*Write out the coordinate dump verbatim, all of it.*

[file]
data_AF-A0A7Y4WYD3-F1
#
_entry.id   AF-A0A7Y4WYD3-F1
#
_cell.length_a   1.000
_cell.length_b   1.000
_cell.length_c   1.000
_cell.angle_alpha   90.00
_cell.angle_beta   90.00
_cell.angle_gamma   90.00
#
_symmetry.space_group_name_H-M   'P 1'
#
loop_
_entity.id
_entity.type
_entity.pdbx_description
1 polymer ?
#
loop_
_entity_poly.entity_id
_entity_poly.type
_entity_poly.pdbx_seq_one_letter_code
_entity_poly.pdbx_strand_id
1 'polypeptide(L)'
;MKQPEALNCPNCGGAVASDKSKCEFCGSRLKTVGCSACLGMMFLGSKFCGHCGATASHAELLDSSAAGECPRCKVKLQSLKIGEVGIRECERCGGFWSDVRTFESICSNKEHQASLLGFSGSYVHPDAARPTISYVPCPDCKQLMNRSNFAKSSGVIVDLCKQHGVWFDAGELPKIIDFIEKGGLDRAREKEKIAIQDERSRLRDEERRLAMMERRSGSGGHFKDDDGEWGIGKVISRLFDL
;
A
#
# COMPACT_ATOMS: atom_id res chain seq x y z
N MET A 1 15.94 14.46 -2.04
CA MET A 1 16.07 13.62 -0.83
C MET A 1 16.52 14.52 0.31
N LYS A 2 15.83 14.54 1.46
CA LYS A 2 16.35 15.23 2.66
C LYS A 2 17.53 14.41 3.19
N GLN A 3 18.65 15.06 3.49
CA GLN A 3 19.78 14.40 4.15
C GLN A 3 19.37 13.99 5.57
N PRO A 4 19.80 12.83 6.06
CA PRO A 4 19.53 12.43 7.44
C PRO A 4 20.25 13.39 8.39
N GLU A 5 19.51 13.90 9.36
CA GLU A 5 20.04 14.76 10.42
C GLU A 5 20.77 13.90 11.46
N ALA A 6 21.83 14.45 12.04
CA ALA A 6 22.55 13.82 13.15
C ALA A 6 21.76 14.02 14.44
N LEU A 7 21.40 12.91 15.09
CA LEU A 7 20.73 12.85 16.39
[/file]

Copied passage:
data_AF-A0A7Y4WYD3-F1
#
_entry.id   AF-A0A7Y4WYD3-F1
#
_cell.length_a   1.000
_cell.length_b   1.000
_cell.length_c   1.000
_cell.angle_alpha   90.00
_cell.angle_beta   90.00
_cell.angle_gamma   90.00
#
_symmetry.space_group_name_H-M   'P 1'
#
loop_
_entity.id
_entity.type
_entity.pdbx_description
1 polymer ?
#
loop_
_entity_poly.entity_id
_entity_poly.type
_entity_poly.pdbx_seq_one_letter_code
_entity_poly.pdbx_strand_id
1 'polypeptide(L)'
;MKQPEALNCPNCGGAVASDKSKCEFCGSRLKTVGCSACLGMMFLGSKFCGHCGATASHAELLDSSAAGECPRCKVKLQSLKIGEVGIRECERCGGFWSDVRTFESICSNKEHQASLLGFSGSYVHPDAARPTISYVPCPDCKQLMNRSNFAKSSGVIVDLCKQHGVWFDAGELPKIIDFIEKGGLDRAREKEKIAIQDERSRLRDEERRLAMMERRSGSGGHFKDDDGEWGIGKVISRLFDL
;
A
#
# COMPACT_ATOMS: atom_id res chain seq x y z
N MET A 1 15.94 14.46 -2.04
CA MET A 1 16.07 13.62 -0.83
C MET A 1 16.52 14.52 0.31
N LYS A 2 15.83 14.54 1.46
CA LYS A 2 16.35 15.23 2.66
C LYS A 2 17.53 14.41 3.19
N GLN A 3 18.65 15.06 3.49
CA GLN A 3 19.78 14.40 4.15
C GLN A 3 19.37 13.99 5.57
N PRO A 4 19.80 12.83 6.06
CA PRO A 4 19.53 12.43 7.44
C PRO A 4 20.25 13.39 8.39
N GLU A 5 19.51 13.90 9.36
CA GLU A 5 20.04 14.76 10.42
C GLU A 5 20.77 13.90 11.46
N ALA A 6 21.83 14.45 12.04
CA ALA A 6 22.55 13.82 13.15
C ALA A 6 21.76 14.02 14.44
N LEU A 7 21.40 12.91 15.09
CA LEU A 7 20.73 12.85 16.39